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just what is too loud??

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mark grossman Sep 14, 2000 11:29 AM

in reference to the weird occurrence atBOULEY posts, does a restaurant party-patronhave a right to complain about a loud table??And is such a complaint always rude ornervy?? Are we dealing with a sports stadiumanalogy: anything goes noise wise and thereis no such thing as too boisterous because arestaurant is a place to have fun?? Should onealways leave it up to the manager/owner/host/maitre'd as to whether a quiet down is in order??Should that complaining party at Bouley haverequested a move to another section?? Shouldhe have been comped dessert?? Or is grin andbear it the only answer??

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    Mr. W. RE: mark grossman Sep 14, 2000 11:49 AM

    too loud depends on how many bottles of mouton they have already consumed, and how many more they plan on consuming. In my opinion, you could alway ask the offending party to please be respectful of your ears, or perhaps just complain to the restaurant staff. If the staff refuses to do something, you could always resort to slander (?)

    2 Replies
    1. re: Mr. W.
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      mark grossman RE: Mr. W. Sep 15, 2000 02:18 PM

      replying to my own post, I think in the Bouleysituation, the celebrating party was 65% in theright but not 100%. It's a tricky call to makebut if an adjoining table is moved to complain,the management should move them, comp themor ask the other table to pipe down.

      1. re: mark grossman
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        Zephyr RE: mark grossman Sep 15, 2000 10:55 PM

        I'm afraid I have to agree with Mark. Something doesn't add up in this situation - especially the boasting of the Bouley party that (to paraphrase)"we got loud and happy again a few minutes later." Perhaps the "stuffy" neighbor really felt that the noise was prohibitively loud - and maybe it was... I have felt that way in restaurants about fellow diners and I am pretty casual about these things. My earlier post supposing that perhaps the comp was a result of the party quieting down was met with the response thanking me for the assumption but assuring me that they didn't become more quiet. Well - a legit question is why not. Can a party enjoy their dinner, have a blast, and not disturb others at the same time?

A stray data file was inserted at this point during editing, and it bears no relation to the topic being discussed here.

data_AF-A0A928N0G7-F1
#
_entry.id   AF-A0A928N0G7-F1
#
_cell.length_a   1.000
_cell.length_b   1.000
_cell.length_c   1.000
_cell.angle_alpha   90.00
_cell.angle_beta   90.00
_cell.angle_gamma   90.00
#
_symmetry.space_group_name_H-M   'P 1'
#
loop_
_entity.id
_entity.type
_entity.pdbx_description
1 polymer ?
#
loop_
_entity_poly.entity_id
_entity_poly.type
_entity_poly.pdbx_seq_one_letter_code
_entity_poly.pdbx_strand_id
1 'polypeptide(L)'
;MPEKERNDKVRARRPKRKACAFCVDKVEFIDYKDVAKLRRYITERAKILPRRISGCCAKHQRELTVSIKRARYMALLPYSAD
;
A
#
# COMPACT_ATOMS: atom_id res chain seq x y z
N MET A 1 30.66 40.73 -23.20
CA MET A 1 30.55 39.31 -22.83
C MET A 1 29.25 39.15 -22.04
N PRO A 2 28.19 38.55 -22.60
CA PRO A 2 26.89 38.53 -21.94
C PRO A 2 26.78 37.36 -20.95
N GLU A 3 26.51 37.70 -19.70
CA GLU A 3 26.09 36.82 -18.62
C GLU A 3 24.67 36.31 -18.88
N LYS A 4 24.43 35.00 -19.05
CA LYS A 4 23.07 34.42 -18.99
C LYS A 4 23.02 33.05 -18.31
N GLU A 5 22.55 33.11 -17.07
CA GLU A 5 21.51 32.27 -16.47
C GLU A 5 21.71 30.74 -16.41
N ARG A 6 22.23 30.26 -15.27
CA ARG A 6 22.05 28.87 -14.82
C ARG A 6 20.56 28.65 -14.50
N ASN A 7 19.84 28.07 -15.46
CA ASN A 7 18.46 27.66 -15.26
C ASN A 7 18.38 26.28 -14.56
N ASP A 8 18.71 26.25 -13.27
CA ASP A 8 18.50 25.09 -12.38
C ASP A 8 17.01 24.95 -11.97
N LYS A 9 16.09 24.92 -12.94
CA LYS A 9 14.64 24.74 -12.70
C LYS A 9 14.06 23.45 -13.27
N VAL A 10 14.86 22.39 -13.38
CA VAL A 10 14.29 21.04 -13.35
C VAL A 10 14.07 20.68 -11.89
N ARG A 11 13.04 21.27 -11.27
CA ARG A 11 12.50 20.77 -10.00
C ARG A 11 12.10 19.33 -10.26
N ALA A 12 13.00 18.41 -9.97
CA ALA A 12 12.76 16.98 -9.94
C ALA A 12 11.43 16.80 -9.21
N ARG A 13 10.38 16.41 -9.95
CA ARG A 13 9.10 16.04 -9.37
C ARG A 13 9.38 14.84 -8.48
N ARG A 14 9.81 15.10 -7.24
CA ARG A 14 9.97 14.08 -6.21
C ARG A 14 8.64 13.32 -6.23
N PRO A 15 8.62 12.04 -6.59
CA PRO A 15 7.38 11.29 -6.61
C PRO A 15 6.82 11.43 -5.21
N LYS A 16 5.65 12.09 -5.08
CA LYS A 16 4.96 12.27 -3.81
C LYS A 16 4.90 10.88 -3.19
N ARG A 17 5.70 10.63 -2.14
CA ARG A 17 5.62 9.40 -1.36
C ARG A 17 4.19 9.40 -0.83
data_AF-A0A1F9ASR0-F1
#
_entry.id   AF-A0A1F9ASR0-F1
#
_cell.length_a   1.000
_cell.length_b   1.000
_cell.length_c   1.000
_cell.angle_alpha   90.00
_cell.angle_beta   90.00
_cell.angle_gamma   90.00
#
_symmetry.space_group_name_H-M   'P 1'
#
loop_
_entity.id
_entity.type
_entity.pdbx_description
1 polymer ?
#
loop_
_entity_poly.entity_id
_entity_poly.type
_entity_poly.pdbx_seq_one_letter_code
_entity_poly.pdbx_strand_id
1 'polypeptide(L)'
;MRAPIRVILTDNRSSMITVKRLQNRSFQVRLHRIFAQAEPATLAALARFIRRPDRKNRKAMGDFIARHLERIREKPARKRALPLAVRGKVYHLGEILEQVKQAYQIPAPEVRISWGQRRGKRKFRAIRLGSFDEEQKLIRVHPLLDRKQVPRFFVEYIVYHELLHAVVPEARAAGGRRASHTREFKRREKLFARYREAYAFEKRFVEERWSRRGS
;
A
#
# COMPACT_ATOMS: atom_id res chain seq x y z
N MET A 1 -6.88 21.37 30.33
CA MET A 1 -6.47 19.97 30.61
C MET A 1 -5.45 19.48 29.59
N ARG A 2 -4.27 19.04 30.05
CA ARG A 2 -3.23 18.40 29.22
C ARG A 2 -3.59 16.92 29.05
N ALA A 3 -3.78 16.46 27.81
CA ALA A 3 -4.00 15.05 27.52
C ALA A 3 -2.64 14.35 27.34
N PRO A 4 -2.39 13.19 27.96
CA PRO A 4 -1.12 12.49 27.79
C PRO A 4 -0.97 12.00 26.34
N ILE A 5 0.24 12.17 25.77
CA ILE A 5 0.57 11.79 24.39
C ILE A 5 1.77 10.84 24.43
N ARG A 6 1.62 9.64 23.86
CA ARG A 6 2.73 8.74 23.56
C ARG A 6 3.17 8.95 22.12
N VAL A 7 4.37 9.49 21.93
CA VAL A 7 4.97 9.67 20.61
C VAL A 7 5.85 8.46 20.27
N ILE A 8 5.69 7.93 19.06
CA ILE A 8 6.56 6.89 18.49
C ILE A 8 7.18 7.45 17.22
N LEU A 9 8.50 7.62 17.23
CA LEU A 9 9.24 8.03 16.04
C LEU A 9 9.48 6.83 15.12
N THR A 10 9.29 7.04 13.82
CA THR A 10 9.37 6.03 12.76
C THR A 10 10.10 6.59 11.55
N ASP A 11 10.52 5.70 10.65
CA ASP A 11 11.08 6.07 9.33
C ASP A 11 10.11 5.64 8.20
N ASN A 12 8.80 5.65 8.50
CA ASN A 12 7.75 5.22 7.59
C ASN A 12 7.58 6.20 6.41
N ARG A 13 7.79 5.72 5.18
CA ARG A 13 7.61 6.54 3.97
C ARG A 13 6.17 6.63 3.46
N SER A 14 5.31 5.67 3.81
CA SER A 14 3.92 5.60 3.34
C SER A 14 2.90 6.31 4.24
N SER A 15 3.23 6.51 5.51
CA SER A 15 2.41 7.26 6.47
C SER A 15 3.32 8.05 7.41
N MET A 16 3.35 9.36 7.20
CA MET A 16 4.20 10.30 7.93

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      maureen RE: mark grossman Sep 14, 2000 04:18 PM

      What is too loud? Interesting story. My husband is a restauranteur. When we opened the first restaurant 5 years ago, Ruth Reichl just happened to walk by and noted in her Diner's Journal that she was attracted to the place on a cold winter night because of the peals of laughter (mine, I am sure) and the lively conversation emerging from the restaurant. However, one of the evenings when she was there in preparation for her review, there was a table of 10 next to her celebrating an event and very boisterous. My husband cringed, but did not say anything to the guests. (We feel that it is not up to the restaurant to ask a party to quiet down unless specifically asked by another guest and we feel it is appropriate.) Sure enough, when her ** review came out, she loved everything, but said the place was noisy!! And it really isn't. So it was cheery enough to attract her but.....

      6 Replies
      1. re: maureen
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        jen kalb RE: maureen Sep 14, 2000 04:21 PM

        off on a tangent, but may I ask how you or your husband knew she was there?

        1. re: jen kalb
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          maureen RE: jen kalb Sep 14, 2000 06:47 PM

          We had a feeling through her voice. Then at the end of the meal, she used a credit card with one of the names that the restauranteurs recognize. It was her last visit before the review, which came out the following week, so she was a little more visible than usual.

          1. re: maureen
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            Ron RE: maureen Sep 15, 2000 12:44 AM

            Too loud is when I can't hear the conversation at my table or what the waiter is saying. Some restaurants encourage noise by having reflective surfaces and playing music. I never go back to such restaurants.

            1. re: Ron
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              mr w. RE: Ron Sep 15, 2000 10:56 AM

              some restaurants "reward" customers with perks. Blue Ribbon on Sullivan St. is one of those places. Although the velvet blinds cover the doors, the din from within is like that of a sporting event. The perks I mentioned above usually involve alchoholic beverages in mass quanities.

          2. re: jen kalb
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            JMinNYC RE: jen kalb Sep 18, 2000 11:25 AM

            How naive?

            Most restaurateurs know when they are serving a critic.

            1. re: JMinNYC
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              jen kalb RE: JMinNYC Sep 18, 2000 01:48 PM

              Probably more than a little naive. I'm no food industry pro. Both Maureen's answer and yours were interesting.

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